mother! – One Man’s Therapy Session, Visualized

Someone needs a hug.

And not one of those loose-barely-touching-hovering-over-one-another kind of hugs you give/receive to/from a friend you haven’t seen in a long time, and definitely not the dreaded hip-high-five-side-hug-from-your-first-crush-after-months-of-what-you-thought-was-successful-flirtation, NO. I mean the deep-powerful-emotionally-charged-Good-Will-Hunting-esque-embrace-by-a-beloved-mentor-as-he-reinforces-with-increasing-effect-that-“it’s not your fault”-as-you-slowly-break-down-in-his-arms, kind of hu

You may be the one who wants that release after watching “mother!”, maybe, but the one man who truly needs that moment of real human compassion and comfort is our writer/director, Darren Aronofsky.

Now first, lets review what the film “mother!” (you have to scream it every time you say it, the laws of punctuation cannot be ignored) is all about. A woman with no name (Jennifer Lawrence) is restoring a beautiful, secluded home while her husband (Javier Bardem), a famous poet, referred to as “the poet”, (pretension meter already beginning to surge) struggles to complete his next great piece of work. This little slice of “heaven” is then interrupted by a stranger, and soon after, his wife, seeking a place to stay. Naturally, conflict arises from this point on. And that’s where I’m gonna stop because honestly I have no idea how to dig into this movie any further without spoiling all of it, and even more honestly maybe I should and spare you a dour 2 hour dive into the mind of a deeply paranoid and cynical human being. I’ll split the difference and talk about Aronofsky more, because he’s all we need to talk about, really.

If you’ve enjoyed such uplifting and delightful little romps like Requiem for a Dream, The Wrestler, Black Swan, most recently, Noah, then you know I’m being sarcastic. All of DA’s works have been dark ruminations on the human condition, and in almost every case masterfully so. Mother! is no different in that regard, but where it does differ, is purpose. All of his other works reached a cathartic point of self realization for the characters under survey, and served to convey a message, typically a cautionary one, to the audiences. Mother! did not.

Well I suppose there was a cautionary message. And that message came straight from the darkest recesses of DA’s soul in the form of this celluloid hammer of a film he used to bash our collective skull in as well as any chance of conveying said message in a palatable manner. That message, you ask, was more of his own self realization that “the world sucks and there’s nothing we can do about it”. This film is Darren Aronofsky’s invitation to suffer with him. And that’s it.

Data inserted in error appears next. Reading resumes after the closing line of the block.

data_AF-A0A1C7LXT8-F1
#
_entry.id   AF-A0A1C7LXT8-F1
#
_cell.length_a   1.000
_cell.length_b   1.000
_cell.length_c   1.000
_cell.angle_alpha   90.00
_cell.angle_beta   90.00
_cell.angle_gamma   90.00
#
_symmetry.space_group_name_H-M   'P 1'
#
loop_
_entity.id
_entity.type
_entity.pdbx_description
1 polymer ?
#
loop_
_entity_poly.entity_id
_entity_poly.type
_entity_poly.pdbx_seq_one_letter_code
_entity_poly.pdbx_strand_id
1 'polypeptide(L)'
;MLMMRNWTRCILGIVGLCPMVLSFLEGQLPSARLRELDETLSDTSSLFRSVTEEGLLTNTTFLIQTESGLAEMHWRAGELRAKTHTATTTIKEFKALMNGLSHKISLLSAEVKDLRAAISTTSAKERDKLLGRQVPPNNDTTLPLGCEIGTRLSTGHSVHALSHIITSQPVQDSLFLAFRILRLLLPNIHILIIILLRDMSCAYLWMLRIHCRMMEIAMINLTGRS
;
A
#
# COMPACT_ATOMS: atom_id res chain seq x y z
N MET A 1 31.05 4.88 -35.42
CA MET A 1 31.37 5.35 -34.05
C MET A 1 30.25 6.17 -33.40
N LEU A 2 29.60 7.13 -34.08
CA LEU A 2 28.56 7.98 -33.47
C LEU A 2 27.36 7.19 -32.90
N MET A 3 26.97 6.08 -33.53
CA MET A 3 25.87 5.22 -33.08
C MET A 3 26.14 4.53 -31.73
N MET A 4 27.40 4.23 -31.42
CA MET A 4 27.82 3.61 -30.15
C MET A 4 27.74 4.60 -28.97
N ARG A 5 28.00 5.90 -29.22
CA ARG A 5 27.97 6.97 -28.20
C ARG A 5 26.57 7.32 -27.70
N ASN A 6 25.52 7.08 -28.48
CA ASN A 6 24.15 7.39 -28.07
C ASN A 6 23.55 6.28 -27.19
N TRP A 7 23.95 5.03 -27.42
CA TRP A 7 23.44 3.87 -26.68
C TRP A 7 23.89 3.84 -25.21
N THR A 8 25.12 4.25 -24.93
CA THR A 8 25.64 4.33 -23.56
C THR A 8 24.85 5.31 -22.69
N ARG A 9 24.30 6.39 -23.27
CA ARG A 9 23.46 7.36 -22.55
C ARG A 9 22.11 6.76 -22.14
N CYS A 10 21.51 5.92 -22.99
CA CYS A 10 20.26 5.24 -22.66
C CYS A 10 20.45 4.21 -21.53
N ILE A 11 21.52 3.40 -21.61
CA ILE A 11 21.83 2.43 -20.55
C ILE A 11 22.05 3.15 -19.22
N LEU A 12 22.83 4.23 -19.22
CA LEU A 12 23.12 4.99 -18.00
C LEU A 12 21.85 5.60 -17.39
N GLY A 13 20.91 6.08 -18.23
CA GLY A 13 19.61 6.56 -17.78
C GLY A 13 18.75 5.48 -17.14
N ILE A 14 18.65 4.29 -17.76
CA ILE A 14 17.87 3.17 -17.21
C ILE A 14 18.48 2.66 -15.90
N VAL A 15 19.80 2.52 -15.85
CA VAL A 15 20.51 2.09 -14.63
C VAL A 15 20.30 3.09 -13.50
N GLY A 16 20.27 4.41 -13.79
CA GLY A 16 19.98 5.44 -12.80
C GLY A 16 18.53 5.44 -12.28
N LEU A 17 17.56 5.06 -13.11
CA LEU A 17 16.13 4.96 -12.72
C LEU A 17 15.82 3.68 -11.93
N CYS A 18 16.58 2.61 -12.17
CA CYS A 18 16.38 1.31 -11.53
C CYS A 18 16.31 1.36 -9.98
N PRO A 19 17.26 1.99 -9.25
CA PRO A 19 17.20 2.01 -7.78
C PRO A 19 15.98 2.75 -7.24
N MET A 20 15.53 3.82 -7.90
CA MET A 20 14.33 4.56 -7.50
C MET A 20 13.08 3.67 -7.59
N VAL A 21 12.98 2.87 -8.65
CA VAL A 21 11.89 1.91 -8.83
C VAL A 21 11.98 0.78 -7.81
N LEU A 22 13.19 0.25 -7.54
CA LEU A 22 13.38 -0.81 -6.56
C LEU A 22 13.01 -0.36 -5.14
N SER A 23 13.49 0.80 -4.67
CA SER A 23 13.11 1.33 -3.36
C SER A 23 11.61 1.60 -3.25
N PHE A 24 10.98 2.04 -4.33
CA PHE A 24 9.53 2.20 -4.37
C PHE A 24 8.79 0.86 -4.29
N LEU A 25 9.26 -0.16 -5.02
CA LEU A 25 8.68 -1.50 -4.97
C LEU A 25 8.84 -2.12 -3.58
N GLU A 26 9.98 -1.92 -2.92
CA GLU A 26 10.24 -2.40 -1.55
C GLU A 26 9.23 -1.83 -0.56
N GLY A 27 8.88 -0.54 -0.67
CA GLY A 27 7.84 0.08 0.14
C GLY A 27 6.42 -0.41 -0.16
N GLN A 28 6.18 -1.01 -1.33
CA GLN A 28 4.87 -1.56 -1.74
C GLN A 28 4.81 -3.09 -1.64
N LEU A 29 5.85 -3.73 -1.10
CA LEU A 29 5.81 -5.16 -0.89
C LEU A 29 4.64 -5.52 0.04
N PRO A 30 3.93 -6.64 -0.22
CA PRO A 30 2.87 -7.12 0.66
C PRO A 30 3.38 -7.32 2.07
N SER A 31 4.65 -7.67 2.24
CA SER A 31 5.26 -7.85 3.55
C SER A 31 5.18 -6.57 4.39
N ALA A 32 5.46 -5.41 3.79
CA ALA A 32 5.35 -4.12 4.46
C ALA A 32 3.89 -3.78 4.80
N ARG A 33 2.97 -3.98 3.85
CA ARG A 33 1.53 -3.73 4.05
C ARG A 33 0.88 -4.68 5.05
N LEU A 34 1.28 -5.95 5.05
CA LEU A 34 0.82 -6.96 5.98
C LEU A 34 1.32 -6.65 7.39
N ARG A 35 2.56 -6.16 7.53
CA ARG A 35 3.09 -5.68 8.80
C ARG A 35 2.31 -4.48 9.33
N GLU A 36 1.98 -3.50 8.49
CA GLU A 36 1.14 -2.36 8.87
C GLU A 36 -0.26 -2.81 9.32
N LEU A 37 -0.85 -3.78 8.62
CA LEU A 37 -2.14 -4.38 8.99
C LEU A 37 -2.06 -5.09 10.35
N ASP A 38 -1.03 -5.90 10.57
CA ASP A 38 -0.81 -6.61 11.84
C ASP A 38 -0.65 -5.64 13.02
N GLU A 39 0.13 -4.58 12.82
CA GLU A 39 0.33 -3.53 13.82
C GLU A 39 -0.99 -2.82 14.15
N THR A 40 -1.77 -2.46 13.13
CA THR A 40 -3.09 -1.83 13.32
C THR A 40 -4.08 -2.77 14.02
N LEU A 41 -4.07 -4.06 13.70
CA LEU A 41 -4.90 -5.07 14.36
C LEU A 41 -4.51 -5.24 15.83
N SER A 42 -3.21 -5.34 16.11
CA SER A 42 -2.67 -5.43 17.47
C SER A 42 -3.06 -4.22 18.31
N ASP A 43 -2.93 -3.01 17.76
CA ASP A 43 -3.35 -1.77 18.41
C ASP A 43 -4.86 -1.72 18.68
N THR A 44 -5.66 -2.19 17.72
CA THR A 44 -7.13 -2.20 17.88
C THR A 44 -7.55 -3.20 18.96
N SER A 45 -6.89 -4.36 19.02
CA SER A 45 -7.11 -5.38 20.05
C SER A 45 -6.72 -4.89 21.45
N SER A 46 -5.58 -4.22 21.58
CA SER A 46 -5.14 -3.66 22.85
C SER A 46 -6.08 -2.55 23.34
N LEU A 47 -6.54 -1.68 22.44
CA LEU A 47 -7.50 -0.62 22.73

To go a bit further, this film does not take place in our world. This entire story (if you can call it that) is an under-cooked crock pot of metaphors (biblical, philosophical, societal, and personal) stuffed into a surreal, allegorical universe with almost no nuance or subtlety to be found. Mother! was nothing more than one man’s cathartic release. He even admitted as much. I’m paraphrasing, but he publicly stated that this script was a fever dream he wrote in 5 days (definitely shows), and I’m speculating slightly now, after he had an emotional breakdown from observing all the horrors of this world. Aronofsky even admitted he didn’t understand his script; he had to shoot the film to understand what he was trying to say, and even after doing so he still doesn’t understand what it is. If your pretentiousness meters haven’t broken by now then you must live in Brooklyn.

Alright, I can already tell that if I don’t reign myself in now then this review is gonna fly off the rails. Let me try and summarize all my thoughts for you…

I liked this film, I think. Or maybe I hated it. And that’s why it’s great…or horrible. Not sure. But that’s exactly why mother! is gonna get a lot of attention, especially from the academic film community: it’s a frustrating, compelling at times, thought experiment about humanity and our relationship with the Earth and God, himself. A film that requires multiple views and deeper analysis to understand, if that’s even possible. Spoilers: it’s not possible because this movie definitely suffers from participation trophy syndrome: mother! you’re not as smart as you so clearly were led to believe. Nevertheless, mother! will be discussed and dissected tirelessly over the coming years. But there’s absolutely merit to a film causing such controversy, conversation, and analysis, which is why I appreciated mother! to a degree. However, this film without question, crossed some lines for no other purpose than to shock people, which I did not appreciate.

Even as I try to summarize my thoughts I can’t help but notice myself still jumping back and forth between such polarized conclusions. That’s what this film does. I truly don’t know if I’m recommending mother! or not. I will say this:

Viewer discretion advised.

**Law and Order DUN DUN to conclude with a much needed moment of levity**


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